Grrr, those pesky dads. We might love them, but they’re notoriously difficult to buy for. Ask them for gift ideas and they’ll invariably say, “Just a bit of peace and quiet”, or “There’s nothing I need, don’t waste your money”. Then he’ll duck back behind his newspaper or disappear into the shed. Infuriating, really.
Now Father’s Day is upon us and your old man is doubtless being as helpful as ever. Which is why most Father’s Day gifts are bought at the very last minute (in other words, today). So here are our suggestions for the things he wants – and the things he almost definitely doesn’t…
DO get the kids to make him something
From their ham-fisted “crafting” attempts in toddlerhood to amusing DIY cards or more impressive artworks when they’re older, anything made by his offspring will have him swelling with pride and finding something in his eye.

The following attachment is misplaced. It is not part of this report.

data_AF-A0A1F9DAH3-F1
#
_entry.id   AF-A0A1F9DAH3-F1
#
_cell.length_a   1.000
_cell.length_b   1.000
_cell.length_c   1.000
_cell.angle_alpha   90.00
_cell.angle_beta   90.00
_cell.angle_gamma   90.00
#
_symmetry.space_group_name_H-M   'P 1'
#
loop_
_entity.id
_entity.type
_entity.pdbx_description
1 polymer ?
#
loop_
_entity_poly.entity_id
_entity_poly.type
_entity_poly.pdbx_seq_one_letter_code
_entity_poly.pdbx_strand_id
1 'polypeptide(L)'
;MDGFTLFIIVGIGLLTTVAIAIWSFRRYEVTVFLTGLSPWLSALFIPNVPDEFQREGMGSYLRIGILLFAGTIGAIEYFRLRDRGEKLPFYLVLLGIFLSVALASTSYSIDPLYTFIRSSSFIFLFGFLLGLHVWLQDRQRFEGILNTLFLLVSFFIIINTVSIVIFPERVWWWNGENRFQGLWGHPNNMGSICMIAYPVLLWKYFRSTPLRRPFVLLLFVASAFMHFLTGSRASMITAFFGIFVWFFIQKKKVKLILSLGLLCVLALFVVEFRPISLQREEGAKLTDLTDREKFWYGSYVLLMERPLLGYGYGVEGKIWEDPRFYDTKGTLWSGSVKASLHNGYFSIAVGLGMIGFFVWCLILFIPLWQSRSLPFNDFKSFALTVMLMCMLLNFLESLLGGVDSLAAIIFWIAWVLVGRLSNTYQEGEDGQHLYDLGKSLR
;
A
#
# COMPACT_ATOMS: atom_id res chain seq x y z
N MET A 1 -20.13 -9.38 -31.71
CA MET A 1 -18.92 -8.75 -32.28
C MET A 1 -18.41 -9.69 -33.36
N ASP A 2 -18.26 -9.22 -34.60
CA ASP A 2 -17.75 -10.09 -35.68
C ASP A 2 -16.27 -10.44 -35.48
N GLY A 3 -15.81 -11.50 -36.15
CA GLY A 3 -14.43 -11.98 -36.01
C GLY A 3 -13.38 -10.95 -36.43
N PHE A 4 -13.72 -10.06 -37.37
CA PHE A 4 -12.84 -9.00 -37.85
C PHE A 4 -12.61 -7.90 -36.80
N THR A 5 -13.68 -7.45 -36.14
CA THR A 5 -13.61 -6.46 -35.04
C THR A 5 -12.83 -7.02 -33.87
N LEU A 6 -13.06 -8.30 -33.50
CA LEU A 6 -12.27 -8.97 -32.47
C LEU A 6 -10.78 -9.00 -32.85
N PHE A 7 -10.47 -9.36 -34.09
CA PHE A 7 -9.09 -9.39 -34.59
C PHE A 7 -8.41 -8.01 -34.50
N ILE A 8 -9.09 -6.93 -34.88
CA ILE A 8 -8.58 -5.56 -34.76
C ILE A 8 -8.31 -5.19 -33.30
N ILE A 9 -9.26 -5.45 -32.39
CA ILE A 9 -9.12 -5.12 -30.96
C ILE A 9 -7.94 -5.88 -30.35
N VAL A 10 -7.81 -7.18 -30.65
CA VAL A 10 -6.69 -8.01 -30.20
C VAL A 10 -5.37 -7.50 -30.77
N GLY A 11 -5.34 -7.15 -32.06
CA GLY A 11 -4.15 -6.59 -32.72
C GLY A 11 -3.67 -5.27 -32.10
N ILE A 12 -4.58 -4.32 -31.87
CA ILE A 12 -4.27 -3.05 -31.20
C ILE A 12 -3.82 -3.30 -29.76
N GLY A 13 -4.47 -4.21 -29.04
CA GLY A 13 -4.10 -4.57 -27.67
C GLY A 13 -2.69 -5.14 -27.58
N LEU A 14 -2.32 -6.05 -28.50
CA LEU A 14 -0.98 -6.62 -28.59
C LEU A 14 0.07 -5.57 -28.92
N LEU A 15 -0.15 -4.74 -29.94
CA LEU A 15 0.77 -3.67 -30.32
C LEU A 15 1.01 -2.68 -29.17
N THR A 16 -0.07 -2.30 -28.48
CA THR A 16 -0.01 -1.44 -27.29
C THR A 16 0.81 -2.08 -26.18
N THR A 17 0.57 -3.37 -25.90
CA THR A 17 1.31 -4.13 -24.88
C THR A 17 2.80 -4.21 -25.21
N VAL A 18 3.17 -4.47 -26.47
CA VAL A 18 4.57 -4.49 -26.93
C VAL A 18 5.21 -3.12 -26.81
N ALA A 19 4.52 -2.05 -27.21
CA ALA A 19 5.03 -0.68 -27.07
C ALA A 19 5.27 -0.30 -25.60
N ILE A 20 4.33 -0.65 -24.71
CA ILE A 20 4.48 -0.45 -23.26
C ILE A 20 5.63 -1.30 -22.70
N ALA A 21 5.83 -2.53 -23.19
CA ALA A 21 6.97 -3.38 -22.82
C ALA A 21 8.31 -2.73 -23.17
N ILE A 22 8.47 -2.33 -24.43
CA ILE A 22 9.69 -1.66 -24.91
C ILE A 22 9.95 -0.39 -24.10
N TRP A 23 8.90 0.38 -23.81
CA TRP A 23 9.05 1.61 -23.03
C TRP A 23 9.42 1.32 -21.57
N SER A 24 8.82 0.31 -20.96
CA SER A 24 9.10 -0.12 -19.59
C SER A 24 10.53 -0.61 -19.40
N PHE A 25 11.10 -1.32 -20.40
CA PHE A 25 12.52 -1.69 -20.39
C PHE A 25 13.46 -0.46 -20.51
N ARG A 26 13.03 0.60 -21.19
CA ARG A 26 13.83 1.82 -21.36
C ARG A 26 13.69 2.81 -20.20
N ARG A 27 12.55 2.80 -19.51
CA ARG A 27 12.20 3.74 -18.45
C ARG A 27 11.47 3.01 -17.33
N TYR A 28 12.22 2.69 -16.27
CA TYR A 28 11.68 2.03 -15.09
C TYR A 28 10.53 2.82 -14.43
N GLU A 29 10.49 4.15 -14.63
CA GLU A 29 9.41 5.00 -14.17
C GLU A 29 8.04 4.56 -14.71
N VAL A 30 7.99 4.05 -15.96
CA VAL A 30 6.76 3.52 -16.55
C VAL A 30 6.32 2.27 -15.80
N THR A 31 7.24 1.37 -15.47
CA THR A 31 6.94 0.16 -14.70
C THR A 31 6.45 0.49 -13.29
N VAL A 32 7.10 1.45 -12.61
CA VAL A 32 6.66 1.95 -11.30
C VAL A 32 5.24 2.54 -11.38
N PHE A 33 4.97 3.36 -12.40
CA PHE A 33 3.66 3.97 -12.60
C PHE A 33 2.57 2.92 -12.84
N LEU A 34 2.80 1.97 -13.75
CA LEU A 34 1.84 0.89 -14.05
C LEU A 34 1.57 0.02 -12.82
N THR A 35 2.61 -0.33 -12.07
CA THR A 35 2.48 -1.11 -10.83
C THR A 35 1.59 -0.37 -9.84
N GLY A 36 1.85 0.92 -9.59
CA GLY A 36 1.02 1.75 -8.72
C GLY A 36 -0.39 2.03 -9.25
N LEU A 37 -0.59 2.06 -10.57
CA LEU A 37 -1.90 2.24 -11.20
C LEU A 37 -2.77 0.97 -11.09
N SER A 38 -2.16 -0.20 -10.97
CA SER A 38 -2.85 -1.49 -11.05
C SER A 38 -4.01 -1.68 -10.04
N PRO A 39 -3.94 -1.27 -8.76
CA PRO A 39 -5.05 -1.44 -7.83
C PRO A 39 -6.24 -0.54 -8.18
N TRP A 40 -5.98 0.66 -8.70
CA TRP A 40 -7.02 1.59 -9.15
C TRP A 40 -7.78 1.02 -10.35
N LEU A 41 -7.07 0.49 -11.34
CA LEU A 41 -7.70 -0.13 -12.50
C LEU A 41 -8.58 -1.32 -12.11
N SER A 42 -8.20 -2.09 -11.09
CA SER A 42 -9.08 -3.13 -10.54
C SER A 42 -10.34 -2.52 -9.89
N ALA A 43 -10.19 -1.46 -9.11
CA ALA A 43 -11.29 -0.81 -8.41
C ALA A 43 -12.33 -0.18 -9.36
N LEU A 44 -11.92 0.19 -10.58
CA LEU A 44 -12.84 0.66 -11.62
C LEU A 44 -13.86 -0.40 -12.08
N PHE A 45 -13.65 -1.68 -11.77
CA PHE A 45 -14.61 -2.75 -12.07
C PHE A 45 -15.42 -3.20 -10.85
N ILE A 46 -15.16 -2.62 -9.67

DON’T get him an ‘experience’ gift
You know the type of thing: a balloon ride, beekeeping class, ale-tasting session or falconry lesson. It’ll whiff of a Groupon panic-buy, he won’t want to go and it’ll hang over his head, haunting him. He’ll feel guilty and will probably let it quietly expire.
DO get posh booze
What kind of father wouldn’t like a swishly packaged, lovingly selected tipple on his special day? A case of fine wine, a bottle of single malt whisky or artisanal gin, even a mini-cask of his favourite ale… Cheers, Dad. Hic.
DON’T resort to novelty socks or ties
They might elicit a forced, hollow laugh upon unwrapping, but they’ll swiftly be shoved to the back of a drawer until unearthed by baffled archaeologists centuries from now.
DO give him a lie-in
More of a Mothering Sunday tradition, but an extra hour or three in bed can be a rare delight for dads, too. So switch off his alarm, then have a slap-up breakfast and his favourite newspaper (this one) waiting when he does emerge. Don’t do breakfast-in-bed – it gets crumbs everywhere. Instead, ensure a bacon sandwich or full English is wafting delicious aromas through the house, driving any nearby vegetarians/ dogs insane.
DON’T even think about paired T-shirts